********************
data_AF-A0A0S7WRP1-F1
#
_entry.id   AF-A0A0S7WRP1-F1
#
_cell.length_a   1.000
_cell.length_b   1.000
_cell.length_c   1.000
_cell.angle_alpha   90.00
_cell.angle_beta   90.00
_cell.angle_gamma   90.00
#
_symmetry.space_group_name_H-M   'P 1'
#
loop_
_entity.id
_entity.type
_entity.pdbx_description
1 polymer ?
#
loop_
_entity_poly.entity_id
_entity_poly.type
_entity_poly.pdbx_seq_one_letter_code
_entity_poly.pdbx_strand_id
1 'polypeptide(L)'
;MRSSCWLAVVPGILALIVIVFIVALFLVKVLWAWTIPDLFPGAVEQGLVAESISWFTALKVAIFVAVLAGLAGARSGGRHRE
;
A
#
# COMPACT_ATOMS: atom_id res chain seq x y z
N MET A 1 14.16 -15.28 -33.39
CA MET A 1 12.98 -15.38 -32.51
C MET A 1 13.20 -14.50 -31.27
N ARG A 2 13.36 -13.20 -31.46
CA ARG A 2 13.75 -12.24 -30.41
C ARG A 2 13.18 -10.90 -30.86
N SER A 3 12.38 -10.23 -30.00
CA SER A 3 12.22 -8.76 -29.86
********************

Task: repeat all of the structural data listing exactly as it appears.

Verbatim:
data_AF-A0A0S7WRP1-F1
#
_entry.id   AF-A0A0S7WRP1-F1
#
_cell.length_a   1.000
_cell.length_b   1.000
_cell.length_c   1.000
_cell.angle_alpha   90.00
_cell.angle_beta   90.00
_cell.angle_gamma   90.00
#
_symmetry.space_group_name_H-M   'P 1'
#
loop_
_entity.id
_entity.type
_entity.pdbx_description
1 polymer ?
#
loop_
_entity_poly.entity_id
_entity_poly.type
_entity_poly.pdbx_seq_one_letter_code
_entity_poly.pdbx_strand_id
1 'polypeptide(L)'
;MRSSCWLAVVPGILALIVIVFIVALFLVKVLWAWTIPDLFPGAVEQGLVAESISWFTALKVAIFVAVLAGLAGARSGGRHRE
;
A
#
# COMPACT_ATOMS: atom_id res chain seq x y z
N MET A 1 14.16 -15.28 -33.39
CA MET A 1 12.98 -15.38 -32.51
C MET A 1 13.20 -14.50 -31.27
N ARG A 2 13.36 -13.20 -31.46
CA ARG A 2 13.75 -12.24 -30.41
C ARG A 2 13.18 -10.90 -30.86
N SER A 3 12.38 -10.23 -30.00
CA SER A 3 12.22 -8.76 -29.86